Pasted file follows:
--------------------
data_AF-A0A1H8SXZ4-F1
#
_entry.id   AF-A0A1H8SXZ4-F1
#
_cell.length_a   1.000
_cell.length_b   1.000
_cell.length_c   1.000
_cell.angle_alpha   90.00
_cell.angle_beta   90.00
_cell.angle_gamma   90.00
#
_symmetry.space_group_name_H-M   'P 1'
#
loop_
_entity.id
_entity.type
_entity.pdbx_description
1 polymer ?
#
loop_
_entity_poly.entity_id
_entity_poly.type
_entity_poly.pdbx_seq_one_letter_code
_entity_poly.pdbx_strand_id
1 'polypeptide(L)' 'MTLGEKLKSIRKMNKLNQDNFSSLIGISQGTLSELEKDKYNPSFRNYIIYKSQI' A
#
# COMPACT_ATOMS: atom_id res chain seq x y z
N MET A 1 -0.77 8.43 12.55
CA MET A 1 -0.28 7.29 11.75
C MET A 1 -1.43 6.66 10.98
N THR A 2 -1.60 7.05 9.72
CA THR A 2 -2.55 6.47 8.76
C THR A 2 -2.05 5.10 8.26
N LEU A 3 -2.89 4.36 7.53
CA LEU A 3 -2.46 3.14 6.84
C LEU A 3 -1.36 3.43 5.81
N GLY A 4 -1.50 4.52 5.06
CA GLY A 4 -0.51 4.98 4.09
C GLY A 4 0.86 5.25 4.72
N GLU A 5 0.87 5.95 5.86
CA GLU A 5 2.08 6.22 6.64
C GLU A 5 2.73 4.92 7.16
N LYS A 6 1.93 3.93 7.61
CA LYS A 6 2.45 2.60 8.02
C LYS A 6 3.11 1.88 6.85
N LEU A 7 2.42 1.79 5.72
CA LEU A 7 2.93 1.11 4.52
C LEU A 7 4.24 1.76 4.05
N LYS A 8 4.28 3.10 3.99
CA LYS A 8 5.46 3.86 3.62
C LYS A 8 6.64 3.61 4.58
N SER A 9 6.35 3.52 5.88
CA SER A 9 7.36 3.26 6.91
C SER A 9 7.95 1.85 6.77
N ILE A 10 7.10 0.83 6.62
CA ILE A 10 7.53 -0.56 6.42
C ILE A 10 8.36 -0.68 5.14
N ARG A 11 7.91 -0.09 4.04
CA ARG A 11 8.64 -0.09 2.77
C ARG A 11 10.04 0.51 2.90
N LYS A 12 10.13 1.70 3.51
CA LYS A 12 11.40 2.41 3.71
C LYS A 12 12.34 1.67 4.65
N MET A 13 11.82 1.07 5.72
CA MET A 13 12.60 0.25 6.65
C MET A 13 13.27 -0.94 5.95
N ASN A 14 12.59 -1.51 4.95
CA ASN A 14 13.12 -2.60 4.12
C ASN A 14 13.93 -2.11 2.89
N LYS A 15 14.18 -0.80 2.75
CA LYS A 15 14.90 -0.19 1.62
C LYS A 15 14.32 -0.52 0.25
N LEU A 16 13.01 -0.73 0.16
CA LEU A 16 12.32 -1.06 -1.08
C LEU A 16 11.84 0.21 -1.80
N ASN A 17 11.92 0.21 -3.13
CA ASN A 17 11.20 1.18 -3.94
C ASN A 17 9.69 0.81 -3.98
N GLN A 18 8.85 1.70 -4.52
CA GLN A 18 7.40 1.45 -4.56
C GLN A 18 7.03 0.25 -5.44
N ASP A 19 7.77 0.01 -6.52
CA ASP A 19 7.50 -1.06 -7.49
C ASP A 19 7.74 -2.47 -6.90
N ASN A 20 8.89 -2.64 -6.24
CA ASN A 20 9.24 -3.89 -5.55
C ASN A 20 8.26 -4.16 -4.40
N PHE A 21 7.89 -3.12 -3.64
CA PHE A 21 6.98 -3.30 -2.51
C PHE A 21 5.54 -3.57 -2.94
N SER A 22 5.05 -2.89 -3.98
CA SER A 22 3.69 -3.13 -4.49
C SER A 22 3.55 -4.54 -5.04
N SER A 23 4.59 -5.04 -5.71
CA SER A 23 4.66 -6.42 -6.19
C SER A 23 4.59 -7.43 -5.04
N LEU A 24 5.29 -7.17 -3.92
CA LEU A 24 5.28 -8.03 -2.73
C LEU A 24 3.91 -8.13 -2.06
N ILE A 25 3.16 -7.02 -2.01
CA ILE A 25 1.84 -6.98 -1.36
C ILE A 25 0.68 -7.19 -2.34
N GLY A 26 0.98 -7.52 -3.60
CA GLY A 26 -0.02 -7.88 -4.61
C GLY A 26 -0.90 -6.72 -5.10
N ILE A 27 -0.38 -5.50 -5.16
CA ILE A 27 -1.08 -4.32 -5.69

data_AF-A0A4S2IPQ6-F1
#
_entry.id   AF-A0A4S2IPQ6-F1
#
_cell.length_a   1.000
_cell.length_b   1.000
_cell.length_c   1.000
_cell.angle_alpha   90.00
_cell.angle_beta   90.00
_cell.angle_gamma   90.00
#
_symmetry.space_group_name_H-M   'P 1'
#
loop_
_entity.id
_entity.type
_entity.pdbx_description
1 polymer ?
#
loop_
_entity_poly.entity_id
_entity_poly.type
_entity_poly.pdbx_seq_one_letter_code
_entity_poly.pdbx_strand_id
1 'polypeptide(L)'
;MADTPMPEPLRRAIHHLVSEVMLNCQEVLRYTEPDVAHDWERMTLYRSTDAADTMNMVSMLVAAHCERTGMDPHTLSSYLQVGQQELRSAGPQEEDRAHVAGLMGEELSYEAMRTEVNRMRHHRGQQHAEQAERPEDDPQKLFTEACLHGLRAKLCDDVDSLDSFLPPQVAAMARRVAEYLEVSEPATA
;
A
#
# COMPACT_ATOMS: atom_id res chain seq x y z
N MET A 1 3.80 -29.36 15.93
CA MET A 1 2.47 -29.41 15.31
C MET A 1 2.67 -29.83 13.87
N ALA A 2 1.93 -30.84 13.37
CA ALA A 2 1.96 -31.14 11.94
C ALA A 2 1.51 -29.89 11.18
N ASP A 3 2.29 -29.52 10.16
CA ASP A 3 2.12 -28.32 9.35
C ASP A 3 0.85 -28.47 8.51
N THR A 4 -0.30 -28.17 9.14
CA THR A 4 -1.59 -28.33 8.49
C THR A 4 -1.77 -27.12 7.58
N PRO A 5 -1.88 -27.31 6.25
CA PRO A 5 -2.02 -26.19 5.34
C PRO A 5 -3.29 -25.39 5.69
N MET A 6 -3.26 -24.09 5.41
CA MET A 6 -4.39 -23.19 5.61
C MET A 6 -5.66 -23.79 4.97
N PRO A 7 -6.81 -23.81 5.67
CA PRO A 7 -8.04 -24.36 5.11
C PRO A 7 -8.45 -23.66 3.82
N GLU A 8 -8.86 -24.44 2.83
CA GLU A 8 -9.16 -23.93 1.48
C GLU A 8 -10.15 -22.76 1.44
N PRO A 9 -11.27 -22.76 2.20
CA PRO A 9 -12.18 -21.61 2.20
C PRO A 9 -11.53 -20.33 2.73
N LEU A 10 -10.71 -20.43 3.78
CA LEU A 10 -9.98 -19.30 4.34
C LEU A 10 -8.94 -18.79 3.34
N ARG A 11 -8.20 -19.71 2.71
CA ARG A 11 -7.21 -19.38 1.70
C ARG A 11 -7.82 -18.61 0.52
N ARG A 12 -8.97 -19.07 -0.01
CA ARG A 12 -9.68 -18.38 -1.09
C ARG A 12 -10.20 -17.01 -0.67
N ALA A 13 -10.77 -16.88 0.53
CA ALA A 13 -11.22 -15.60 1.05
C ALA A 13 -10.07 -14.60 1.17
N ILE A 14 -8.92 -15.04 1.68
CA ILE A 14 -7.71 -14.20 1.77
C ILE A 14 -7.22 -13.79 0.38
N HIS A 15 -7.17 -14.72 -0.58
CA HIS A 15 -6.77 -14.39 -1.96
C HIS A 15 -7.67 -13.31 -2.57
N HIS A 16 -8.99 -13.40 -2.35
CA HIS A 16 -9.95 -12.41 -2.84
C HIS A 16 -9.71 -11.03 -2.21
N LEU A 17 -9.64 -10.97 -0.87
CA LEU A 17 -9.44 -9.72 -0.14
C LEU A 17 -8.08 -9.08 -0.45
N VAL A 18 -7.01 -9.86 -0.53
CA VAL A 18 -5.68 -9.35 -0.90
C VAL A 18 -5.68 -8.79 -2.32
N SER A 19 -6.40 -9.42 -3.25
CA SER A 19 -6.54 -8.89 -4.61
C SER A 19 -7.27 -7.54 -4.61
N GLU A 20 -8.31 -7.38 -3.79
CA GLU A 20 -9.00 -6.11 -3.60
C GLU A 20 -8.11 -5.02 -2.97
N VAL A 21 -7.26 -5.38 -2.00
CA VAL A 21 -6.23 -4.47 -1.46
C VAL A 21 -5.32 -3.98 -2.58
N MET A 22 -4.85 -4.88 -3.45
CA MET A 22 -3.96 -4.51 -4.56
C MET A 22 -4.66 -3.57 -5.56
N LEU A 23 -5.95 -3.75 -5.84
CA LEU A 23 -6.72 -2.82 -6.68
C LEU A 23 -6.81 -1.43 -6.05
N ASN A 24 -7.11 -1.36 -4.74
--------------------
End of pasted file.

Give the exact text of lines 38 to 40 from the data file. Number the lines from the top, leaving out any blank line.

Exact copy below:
CA GLY A 4 -0.51 4.98 4.09
C GLY A 4 0.86 5.25 4.72
N GLU A 5 0.87 5.95 5.86